Seminar to offer advice, push self-employment; Small business
October 21, 2002 Monday
The Baltimore Sun
Mark Schlossberg was doing great operating his Ellicott City flooring company, but in the early 1990s when multiple sclerosis made him unable to walk, he had to decide whether to continue in the business that required him to make calls to customers' homes, and how to do so in a scooter.
"When I became disabled to the point where I couldn't move, that became a new barrier, and you had to come up with new ideas to get around that," he said. "I had to face the (question) how was I going to run a business?"
Schlossberg, chairman of Howard County's Commission on Disability Issues, is one of several speakers who will address aspiring entrepreneurs who have disabilities and their families tomorrow at a statewide conference to encourage disabled people to start their own businesses. The conference, from 8 a.m. to 4:30 p.m. at Turf Valley Resort and Conference Center in Ellicott City, will focus on overcoming fears, and will touch on the basics for would-be business owners - such as a business plan and marketing advice - as well as resources from the state and federal governments available specifically for the disabled, such as grants and technical assistance.
The state Division of Rehabilitation Services, which is sponsoring the conference along with the county Economic Development Authority, has helped fund about 70 businesses around the state that are owned by disabled people through its RISE program - Reach Independence through Self Employment. The agency provides assistance and work training for people who have become disabled.
"The goal is to promote self-employment as a real option for people with disabilities," said Morris L. Tranen, director of RISE. "We need to promote this option because it has a lot of tremendous advantages for people with disabilities, and it's often overlooked."
According to the 2000 census, 18 percent of the U.S. population is disabled; the figure is 17 percent in Maryland. But, only 32 percent of disabled people of working age are employed, compared with 81 percent of the rest of the population, according the National Organization on Disability.
According to statistics from the U.S. Department of Labor, 12.7 percent of disabled Americans owned a business in 1990 (the most recent date for which data was available), compared with 8.6 percent of able-bodied Americans who owned a business.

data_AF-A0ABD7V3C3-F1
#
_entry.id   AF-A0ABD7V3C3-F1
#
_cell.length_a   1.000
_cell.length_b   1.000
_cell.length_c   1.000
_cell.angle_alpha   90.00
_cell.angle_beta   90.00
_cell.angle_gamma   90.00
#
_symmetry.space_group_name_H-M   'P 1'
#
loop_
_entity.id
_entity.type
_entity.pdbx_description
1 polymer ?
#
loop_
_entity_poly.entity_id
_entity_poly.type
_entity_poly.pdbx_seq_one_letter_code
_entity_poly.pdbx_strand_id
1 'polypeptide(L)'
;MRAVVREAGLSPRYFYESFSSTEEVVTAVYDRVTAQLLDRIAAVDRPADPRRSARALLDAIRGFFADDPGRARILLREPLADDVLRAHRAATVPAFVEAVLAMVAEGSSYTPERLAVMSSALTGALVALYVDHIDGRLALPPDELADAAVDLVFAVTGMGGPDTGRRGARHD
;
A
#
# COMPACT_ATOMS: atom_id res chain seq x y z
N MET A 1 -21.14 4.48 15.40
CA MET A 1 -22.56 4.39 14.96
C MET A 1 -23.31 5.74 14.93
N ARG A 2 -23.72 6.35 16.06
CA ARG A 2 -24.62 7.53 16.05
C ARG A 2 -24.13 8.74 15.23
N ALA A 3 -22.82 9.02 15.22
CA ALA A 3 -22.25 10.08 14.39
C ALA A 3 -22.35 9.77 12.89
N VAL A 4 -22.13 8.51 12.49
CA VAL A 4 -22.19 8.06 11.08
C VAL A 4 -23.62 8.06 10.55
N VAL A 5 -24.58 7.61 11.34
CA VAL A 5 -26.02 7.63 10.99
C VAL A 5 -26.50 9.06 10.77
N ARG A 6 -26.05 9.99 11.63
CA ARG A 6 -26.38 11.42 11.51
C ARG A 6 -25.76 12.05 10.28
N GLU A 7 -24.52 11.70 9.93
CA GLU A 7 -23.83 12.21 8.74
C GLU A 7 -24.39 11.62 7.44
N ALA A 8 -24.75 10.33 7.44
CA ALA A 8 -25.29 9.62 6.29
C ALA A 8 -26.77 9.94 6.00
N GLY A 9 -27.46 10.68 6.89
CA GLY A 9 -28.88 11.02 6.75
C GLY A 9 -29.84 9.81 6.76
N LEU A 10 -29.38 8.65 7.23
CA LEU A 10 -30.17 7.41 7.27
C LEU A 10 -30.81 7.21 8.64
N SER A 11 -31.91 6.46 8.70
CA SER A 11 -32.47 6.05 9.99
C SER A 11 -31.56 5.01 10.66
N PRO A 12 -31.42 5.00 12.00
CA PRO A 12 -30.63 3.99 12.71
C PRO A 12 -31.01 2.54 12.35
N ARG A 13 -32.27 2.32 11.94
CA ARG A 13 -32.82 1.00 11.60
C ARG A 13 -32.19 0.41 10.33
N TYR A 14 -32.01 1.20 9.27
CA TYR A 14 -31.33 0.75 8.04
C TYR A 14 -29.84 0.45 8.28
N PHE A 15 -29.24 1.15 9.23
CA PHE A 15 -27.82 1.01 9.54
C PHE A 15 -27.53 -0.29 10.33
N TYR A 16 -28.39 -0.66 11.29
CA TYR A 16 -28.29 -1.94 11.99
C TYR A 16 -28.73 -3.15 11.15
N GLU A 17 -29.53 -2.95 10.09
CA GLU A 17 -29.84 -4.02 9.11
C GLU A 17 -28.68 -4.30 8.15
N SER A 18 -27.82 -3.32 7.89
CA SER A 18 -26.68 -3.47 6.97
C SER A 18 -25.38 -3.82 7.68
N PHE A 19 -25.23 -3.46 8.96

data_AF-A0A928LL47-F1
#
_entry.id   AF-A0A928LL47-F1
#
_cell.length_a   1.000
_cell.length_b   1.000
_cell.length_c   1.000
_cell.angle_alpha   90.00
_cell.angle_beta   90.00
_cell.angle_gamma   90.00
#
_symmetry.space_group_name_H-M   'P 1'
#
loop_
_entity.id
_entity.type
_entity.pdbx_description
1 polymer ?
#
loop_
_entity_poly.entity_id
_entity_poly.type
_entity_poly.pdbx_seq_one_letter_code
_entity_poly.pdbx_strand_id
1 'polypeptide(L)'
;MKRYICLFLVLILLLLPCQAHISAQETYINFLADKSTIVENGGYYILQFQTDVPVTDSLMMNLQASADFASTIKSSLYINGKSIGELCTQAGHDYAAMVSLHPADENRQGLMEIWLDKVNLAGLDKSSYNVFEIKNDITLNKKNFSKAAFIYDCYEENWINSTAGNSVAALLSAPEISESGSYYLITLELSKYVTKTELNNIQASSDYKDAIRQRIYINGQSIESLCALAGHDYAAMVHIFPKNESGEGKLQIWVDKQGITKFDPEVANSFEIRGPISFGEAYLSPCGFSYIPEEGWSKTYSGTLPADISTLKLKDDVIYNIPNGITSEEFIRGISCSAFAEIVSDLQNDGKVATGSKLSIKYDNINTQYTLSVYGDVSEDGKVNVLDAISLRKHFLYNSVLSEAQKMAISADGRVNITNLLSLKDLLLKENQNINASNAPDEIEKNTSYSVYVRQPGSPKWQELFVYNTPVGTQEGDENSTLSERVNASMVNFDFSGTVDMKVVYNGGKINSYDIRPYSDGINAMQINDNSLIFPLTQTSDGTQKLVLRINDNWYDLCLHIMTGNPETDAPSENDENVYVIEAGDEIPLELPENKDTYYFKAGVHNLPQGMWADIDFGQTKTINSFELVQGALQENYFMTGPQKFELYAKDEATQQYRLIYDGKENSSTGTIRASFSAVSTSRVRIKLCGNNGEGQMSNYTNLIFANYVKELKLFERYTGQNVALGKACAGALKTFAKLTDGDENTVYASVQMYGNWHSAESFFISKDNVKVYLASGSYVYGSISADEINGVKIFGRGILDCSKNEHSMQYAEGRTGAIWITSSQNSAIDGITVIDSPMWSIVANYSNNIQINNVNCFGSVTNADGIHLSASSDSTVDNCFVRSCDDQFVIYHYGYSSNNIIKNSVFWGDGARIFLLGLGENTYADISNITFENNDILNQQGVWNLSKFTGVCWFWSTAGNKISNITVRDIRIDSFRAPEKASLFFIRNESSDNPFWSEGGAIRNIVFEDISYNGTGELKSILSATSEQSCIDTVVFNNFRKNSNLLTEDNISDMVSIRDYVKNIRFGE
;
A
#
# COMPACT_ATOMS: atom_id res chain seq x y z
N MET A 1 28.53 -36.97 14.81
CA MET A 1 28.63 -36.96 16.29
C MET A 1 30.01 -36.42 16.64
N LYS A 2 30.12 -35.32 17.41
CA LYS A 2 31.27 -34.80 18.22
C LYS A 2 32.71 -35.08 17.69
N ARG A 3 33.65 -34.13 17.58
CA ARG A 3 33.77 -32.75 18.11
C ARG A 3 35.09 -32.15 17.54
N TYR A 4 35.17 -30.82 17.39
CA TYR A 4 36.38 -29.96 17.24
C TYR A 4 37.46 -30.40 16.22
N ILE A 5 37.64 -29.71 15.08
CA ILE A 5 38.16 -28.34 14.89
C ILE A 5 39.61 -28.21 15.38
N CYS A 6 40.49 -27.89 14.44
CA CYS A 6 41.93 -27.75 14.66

W. Roy Grizzard, assistant secretary of disability employment policy for the Labor Department, said improved technology and the Internet likely have helped increase the number of disabled business owners, and that disabled people also may find self-employment an attractive option because of the flexibility it offers.
"People with disabilities often have barriers related to transportation. When you're self-employed, you bring the work to you, rather than go to work," he said. "It also gives that person an opportunity to work at their own pace and set their own hours. They might not have some of the restrictions (with self-employment) that might be brought on by an 8-to-5 type of job."
Such is the case with Schlossberg, owner of A&J Floor Coverings. Although the company has a small showroom in Ellicott City, Schlossberg said he needs to visit only a few times a week. He has brought in a partner and sales force to handle the sales, and handles more of the company's paperwork, which he is able to do from his wheelchair-accessible home in Ellicott City.
"My barrier was not being able to do the day-to-day leg work. I had
to do more with the buying of the materials, negotiating with suppliers,
and bring in partners who would do more of the sales work. I overcame that
barrier," he said. "I'm very encouraged about this conference. I think
there's a lot of resources people don't know about. I'm a big advocate
of the idea that we need to give people with disabilities opportunities."
© Copyright 2002 The Baltimore Sun Company